The movie, proper, begins with a couple of young, energetic German tourists, Katarina (Shannon Ashlyn) and Rutger (Philippe Klaus), hitchhiking through the Outback. “Born to Be Wild” is on the soundtrack, the kids are having fun, it’s a sunny day and everything’s groovy. The pair is heading for Wolf Creek Crater which, as astute fans will remember, is ol’ Mick’s stomping grounds. As they travel, Rutger experiences some frustration with getting drivers to stop and pick them up: he complains about the loss of “community” and “altruism,” taking to task people who are afraid of foreigners and strangers. Rutger, of course, won’t know how bad the situation is until Mick stops by their campsite that evening. He’s come to tell them that there’s no camping in the national park areas and to offer them a ride back to town: Rutger is right to be suspicious, since the only things on Mick’s mind are carnage and rape, not necessarily in that order. After Rutger prevents Mick from assaulting Katarina, he gets dismembered for his troubles, allowing his companion to sneak away. “Hide and seek, eh,” Mick giggles when he discovers Katarina gone…and we’re off to the races.

From this point on, Wolf Creek 2 becomes a bit of a chase film, as Mick pursues first Katarina and then the poor, unlucky shlub, Paul (Ryan Corr), who makes the drastic (if noble) mistake of trying to help Katarina. The rest of the film entails the cat-and-mouse chase between Mick and Paul, as the terrified British tourist is chased from one end of the Outback to the other. Mick is intent on only one thing: punishing Paul for getting between him and “his meal.” Despite Paul’s best efforts, he’s not much of a match for Mick and the film swings into another mode as Mick finally catches up to Paul, becoming the torture porn film that the original was. Will Paul be able to survive the horrors that Mick intends to inflict on him? How good is Paul at Australian trivia? And what, exactly, does Mick intend to do with the electric belt sander? All these (and more) await within.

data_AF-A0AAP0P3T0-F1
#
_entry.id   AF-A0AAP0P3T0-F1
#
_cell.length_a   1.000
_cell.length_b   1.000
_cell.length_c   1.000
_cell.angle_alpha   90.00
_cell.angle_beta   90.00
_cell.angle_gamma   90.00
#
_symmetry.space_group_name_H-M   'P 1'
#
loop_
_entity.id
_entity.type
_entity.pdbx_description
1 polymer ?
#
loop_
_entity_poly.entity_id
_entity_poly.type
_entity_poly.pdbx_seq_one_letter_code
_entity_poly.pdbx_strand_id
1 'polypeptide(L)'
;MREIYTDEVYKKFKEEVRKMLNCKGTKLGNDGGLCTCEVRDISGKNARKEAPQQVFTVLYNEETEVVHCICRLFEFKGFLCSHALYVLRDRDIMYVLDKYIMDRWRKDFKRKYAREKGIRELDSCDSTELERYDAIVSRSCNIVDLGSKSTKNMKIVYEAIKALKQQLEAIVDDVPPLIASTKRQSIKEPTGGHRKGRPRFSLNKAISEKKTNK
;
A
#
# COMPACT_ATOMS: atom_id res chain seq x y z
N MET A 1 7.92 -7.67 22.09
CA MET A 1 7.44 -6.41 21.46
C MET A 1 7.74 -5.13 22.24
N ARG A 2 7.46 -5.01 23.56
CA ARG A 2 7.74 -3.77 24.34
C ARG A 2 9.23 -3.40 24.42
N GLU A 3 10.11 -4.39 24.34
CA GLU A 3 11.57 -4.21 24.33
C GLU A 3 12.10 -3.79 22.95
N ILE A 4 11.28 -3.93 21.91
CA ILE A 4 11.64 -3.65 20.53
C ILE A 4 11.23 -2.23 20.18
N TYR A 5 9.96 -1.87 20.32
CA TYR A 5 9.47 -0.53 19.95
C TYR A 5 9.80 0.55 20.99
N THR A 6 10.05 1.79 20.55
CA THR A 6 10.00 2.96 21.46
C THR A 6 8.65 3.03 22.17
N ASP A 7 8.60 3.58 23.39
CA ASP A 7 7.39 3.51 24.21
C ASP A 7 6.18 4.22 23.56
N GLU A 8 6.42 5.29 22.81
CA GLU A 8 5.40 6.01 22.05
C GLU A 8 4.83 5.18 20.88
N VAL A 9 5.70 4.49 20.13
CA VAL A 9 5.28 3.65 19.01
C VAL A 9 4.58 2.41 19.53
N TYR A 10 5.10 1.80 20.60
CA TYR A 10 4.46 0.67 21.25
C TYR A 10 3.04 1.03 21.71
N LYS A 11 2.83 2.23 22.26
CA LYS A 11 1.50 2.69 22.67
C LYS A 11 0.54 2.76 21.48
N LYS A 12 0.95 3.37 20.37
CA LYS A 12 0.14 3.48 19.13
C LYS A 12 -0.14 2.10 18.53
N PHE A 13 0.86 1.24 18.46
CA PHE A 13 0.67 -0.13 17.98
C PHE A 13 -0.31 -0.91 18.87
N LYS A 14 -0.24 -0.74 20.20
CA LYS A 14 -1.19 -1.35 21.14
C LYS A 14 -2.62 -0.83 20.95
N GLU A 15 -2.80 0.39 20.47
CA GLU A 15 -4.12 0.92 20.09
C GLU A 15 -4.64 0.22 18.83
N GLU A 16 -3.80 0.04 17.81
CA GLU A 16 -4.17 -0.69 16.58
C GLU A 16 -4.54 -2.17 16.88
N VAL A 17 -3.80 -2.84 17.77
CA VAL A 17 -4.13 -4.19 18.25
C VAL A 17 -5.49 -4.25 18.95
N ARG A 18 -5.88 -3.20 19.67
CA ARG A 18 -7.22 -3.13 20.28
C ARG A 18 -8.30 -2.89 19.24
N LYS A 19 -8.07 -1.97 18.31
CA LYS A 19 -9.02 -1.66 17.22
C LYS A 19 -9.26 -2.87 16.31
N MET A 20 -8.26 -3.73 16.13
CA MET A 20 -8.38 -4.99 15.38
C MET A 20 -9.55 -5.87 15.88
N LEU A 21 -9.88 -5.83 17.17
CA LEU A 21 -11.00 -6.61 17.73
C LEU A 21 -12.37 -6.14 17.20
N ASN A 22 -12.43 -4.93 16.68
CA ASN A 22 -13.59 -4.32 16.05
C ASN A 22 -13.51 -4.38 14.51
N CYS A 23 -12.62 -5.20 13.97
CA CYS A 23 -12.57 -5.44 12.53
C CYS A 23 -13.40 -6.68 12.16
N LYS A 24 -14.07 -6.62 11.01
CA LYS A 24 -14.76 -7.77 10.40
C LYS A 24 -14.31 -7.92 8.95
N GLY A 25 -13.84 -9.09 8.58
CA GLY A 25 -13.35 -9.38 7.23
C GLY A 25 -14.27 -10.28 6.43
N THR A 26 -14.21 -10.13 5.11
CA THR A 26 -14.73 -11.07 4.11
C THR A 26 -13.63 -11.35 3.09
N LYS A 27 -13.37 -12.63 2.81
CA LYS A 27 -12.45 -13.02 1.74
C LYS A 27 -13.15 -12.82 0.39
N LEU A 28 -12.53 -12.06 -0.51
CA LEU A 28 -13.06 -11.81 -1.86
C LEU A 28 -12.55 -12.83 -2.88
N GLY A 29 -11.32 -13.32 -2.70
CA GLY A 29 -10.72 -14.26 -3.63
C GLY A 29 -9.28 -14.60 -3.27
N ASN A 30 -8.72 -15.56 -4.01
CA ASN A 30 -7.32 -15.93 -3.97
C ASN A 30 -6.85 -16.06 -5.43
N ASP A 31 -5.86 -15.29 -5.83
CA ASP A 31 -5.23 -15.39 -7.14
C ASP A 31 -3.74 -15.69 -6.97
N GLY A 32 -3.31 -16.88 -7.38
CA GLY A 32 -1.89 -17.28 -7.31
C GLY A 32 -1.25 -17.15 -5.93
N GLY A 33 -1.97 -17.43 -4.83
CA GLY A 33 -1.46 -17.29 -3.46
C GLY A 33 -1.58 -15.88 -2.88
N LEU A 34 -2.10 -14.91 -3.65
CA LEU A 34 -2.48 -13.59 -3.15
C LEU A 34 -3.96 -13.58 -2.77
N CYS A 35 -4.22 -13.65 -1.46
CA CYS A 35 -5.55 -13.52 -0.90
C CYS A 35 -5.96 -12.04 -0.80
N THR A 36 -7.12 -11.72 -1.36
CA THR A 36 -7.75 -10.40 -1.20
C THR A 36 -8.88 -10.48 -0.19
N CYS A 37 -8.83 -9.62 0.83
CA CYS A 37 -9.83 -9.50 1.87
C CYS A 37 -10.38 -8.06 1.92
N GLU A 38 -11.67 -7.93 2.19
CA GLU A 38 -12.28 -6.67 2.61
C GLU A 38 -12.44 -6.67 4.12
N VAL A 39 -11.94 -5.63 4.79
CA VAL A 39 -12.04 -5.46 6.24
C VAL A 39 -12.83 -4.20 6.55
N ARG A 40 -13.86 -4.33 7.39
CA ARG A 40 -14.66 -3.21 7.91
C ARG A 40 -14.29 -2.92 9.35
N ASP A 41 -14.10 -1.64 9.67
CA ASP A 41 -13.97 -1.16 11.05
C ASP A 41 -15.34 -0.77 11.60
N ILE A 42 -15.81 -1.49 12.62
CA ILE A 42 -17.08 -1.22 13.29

Right off the bat, as mentioned above, Wolf Creek 2 is much less a horror film than an adrenalized, gritty cat-and-mouse chase, with enough jawdropping gore and horror elements to keep a foot firmly in each camp. While I wasn’t expecting this, I must admit that it was an effective tact, for a while, at least. For a time, Ryan Coor’s Paul is actually a pretty good match for Mick, out-driving and out-maneuvering him, which lends the film a bit of the feel of a ’70s Ozploitation movie. Unfortunately, at some point, Paul turns into a whiny shit, which drastically reduces the association one can feel with him: it’s much easier to associate with an asskicker who won’t give up than it is with a crying dude blowing snot bubbles. In a way, this is odd criticism, since the first film was filled with whiny victims. Perhaps Paul’s “change of personailty” is so troubling because it takes him from hero territory, which is new to the Wolf Creek films, right back into simpering victim territory. On the whole, I would’ve liked Paul a lot more if he’d been more consistent: hard to tell if this is an issue with McLean or with actor Ryan Coor, although I’m willing to lay the blame at both their feet.